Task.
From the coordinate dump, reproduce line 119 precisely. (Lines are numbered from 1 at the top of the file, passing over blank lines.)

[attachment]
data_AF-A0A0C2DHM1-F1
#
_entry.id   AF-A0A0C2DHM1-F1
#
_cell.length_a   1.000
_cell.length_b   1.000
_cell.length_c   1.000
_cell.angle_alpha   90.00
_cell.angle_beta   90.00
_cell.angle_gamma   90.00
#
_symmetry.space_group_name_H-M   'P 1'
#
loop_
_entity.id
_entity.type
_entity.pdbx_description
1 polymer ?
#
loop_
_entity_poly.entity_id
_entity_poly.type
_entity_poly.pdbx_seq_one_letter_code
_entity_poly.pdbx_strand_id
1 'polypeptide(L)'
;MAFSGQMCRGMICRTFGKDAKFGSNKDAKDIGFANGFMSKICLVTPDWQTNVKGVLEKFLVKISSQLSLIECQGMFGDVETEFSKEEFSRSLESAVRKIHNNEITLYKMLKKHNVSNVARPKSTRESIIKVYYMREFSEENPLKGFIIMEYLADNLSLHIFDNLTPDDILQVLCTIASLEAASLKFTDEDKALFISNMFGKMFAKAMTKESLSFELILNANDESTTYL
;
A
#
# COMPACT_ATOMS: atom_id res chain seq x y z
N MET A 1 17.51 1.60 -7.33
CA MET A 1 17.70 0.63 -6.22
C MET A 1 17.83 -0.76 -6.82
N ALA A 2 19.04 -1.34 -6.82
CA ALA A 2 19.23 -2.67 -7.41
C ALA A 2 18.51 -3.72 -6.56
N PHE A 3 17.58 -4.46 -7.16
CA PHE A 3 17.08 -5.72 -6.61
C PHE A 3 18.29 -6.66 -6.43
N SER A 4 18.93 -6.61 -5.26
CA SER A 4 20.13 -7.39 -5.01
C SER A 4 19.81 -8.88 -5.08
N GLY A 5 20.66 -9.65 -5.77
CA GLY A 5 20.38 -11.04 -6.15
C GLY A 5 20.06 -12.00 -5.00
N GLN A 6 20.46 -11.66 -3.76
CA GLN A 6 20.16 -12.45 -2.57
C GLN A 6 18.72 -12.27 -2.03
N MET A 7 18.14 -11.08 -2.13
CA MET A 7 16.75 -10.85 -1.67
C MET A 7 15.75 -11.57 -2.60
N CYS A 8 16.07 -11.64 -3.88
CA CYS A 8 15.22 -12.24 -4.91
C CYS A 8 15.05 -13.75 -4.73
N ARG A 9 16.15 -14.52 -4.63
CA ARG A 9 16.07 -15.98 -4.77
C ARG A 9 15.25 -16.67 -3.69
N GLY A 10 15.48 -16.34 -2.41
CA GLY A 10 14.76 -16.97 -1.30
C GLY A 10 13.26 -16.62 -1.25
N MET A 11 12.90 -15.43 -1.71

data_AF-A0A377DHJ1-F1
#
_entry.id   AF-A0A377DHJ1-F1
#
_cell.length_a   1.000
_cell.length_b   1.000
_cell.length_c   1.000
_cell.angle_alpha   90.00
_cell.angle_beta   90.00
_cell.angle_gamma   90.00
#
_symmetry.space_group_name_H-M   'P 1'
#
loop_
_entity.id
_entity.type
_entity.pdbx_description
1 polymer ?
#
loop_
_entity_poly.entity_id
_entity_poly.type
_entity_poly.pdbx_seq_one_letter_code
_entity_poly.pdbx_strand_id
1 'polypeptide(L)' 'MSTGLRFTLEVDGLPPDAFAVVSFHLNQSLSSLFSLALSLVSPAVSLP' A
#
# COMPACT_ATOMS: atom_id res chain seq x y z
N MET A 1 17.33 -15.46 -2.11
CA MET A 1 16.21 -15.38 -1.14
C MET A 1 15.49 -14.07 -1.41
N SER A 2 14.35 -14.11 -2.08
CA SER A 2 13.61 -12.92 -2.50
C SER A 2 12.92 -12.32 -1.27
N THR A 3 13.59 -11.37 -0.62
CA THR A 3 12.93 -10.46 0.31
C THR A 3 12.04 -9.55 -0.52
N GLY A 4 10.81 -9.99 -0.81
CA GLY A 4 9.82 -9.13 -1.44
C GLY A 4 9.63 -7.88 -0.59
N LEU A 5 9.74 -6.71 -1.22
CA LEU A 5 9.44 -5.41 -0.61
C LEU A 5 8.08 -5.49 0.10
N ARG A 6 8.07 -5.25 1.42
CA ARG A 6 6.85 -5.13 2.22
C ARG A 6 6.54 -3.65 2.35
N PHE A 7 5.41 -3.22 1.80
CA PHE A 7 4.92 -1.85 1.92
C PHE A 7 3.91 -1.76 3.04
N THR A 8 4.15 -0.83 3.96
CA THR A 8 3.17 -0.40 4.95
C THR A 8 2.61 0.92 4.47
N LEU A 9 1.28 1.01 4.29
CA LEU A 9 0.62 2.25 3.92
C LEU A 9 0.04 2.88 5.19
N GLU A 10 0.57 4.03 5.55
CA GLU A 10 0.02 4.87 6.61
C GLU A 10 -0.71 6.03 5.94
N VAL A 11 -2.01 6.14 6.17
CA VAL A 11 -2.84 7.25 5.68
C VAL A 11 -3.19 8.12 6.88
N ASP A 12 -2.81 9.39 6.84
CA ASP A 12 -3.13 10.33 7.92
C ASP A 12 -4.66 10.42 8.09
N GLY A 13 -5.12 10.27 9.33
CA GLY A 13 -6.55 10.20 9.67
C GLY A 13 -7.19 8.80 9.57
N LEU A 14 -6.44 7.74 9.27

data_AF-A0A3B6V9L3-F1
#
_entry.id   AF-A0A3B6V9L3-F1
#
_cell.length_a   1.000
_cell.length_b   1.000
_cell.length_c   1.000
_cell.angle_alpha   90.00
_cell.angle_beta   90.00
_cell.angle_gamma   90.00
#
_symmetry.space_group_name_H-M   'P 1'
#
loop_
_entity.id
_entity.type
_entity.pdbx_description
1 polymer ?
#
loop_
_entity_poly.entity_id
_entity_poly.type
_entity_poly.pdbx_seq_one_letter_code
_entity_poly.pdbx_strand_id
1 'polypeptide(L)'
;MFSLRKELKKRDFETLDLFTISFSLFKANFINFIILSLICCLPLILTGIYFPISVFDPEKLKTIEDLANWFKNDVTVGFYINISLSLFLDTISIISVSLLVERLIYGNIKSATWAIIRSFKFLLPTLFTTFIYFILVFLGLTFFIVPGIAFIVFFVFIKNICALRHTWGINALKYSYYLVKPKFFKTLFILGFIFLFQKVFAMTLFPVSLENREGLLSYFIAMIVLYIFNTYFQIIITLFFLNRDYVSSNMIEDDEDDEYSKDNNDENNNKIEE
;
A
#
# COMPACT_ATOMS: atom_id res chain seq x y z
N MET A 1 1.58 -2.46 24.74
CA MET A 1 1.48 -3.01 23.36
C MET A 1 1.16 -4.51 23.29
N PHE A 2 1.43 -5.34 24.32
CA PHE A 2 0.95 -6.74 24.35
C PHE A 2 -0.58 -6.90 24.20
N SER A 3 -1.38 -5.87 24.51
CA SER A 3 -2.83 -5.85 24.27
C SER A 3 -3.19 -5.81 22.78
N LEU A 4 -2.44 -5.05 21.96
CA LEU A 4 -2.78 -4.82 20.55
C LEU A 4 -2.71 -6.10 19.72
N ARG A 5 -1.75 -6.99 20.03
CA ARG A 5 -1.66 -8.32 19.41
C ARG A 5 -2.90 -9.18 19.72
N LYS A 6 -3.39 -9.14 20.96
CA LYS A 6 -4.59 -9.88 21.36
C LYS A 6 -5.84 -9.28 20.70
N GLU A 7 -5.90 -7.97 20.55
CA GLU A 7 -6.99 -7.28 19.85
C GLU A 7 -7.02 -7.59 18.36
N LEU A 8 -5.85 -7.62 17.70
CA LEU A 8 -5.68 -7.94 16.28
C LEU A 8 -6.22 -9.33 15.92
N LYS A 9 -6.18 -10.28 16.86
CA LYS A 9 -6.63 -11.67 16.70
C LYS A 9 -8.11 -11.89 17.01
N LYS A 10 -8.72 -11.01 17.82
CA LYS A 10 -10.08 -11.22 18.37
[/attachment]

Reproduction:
N VAL A 11 -2.01 6.14 6.17